I had spend a wonderful weekend with my colleagues, mentors, and MUIH cohort at the Symposium for Yoga Therapy and Research, emerging to find myself immersed into a local yoga festival right outside my hotel. The weather was perfect, I felt calm and focused, ready to rededicate myself to helping my clients feel the same energy I cultivate every time I set my feet firmly into my personal practice.
The first thing I heard when I turned on my car radio was the sad news about the Orlando shooting. One more deranged, mentally ill, fearful, hateful man somehow able to buy weapons and slaughter dozens of people just wanting to have a fun night on the town with friends. We can agonize (and have) for years over how often this happens in our "civilized" nation, about how to keep guns away from those who should not have them, hear endless commentary attempting to make sense of the killer's state of mind and whether those who knew him (and it always seems to be a "him") noticed anything alarming without ever wondering what we can do for ourselves; how can WE change ourselves to help build a better, saner, safer community?
I've been reading (finally) the groundbreaking book "The Body Keeps the Score" by Dr. Bessel Van Der Kolk that lays out in clear language how trauma affects the brain, how the conscious mind may not be able to make sense of traumatic events while the tissues of the body record the memories in every cell. Those at the Pulse may not remember what happened but their bodies will. It is my sincere wish that they all find some way to process this horrific event - talk therapy, somatic therapy, gentle massage, yoga - so they can find some measure of peace.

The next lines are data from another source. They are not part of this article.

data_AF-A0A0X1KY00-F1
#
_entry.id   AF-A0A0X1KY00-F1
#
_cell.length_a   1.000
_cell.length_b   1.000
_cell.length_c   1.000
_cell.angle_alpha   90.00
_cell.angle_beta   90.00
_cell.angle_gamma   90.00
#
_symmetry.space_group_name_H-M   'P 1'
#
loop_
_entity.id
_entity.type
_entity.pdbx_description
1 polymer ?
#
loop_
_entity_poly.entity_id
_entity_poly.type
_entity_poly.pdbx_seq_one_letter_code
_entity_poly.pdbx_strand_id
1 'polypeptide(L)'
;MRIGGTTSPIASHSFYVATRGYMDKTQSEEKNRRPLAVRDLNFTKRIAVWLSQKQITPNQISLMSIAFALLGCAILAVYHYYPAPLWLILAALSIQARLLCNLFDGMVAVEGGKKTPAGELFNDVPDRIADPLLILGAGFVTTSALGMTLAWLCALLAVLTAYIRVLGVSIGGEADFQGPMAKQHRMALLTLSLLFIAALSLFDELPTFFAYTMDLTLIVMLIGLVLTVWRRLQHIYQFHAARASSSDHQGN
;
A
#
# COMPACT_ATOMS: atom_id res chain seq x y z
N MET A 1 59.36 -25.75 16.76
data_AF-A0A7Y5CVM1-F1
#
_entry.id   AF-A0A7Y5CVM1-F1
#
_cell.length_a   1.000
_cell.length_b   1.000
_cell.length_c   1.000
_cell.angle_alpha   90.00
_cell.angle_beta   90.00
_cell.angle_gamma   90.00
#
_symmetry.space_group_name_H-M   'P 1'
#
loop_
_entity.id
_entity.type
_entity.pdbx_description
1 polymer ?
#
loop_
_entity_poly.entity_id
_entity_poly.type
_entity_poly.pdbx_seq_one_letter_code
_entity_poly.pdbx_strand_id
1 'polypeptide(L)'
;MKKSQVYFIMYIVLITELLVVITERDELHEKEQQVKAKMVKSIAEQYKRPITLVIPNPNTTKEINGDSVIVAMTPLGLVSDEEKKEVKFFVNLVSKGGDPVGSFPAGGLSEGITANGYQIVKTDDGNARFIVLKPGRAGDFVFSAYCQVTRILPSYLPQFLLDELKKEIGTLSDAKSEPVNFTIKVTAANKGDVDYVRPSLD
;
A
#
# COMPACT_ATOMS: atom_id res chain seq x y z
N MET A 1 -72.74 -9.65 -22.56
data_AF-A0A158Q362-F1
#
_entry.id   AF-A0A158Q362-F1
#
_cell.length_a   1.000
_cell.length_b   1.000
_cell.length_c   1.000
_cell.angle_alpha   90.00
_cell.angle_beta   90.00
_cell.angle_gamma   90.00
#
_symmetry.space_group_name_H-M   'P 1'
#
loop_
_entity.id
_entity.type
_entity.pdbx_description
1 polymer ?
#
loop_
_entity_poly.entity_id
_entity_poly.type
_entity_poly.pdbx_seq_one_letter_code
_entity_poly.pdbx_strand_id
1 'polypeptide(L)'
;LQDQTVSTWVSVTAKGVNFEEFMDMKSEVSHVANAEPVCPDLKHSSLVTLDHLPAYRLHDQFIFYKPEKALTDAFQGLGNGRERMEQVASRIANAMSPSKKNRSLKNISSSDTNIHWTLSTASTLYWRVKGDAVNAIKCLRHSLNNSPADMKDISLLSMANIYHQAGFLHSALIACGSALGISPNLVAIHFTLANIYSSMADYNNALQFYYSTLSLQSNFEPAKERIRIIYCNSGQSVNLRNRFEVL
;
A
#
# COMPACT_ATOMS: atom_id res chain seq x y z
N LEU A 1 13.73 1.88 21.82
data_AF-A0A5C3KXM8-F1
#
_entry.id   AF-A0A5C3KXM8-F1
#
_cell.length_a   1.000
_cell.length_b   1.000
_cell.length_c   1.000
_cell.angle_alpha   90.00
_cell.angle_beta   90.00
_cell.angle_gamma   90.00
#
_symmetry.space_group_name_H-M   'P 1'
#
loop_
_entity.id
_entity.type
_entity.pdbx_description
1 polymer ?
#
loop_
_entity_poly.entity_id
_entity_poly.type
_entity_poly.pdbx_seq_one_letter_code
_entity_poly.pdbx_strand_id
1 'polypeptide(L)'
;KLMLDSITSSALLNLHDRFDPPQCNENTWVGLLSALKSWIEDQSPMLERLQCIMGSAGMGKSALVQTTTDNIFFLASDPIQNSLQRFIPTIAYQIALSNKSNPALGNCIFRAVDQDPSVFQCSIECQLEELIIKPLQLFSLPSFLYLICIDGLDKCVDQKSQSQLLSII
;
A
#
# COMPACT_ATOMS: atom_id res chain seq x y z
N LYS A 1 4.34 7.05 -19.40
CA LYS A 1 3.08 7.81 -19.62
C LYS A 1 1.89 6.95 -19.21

But what about the shooter? He died at the scene and so cannot tell us why he felt such hatred for gay people. Was he a victim of early trauma that perhaps he did not consciously remember? Was he gay and unable to accept himself as he was? As details emerge about his often violent relationships with others we could perhaps speculate that in the past he must have been abused in some fashion by someone he trusted.
This book also notes that mindful movement like yoga and tai chi can help a traumatized person process their experiences without having to relive them, that their brains gradually rewire themselves away from the fight/flight/freeze center towards the rest/digest/restore areas. While adults need to make the effort to heal it is increasingly possible to offer generalized yoga classes to children in their schools, to at-risk children in specially designed classes with trained teachers, and specialty classes in trauma-sensitive yoga for those who know they need help but haven't had much success with medication or other therapies.
We must do all we can to prevent acts of violence by helping create conditions that nurture and provide safety. The first step is cultivating peace in ourselves.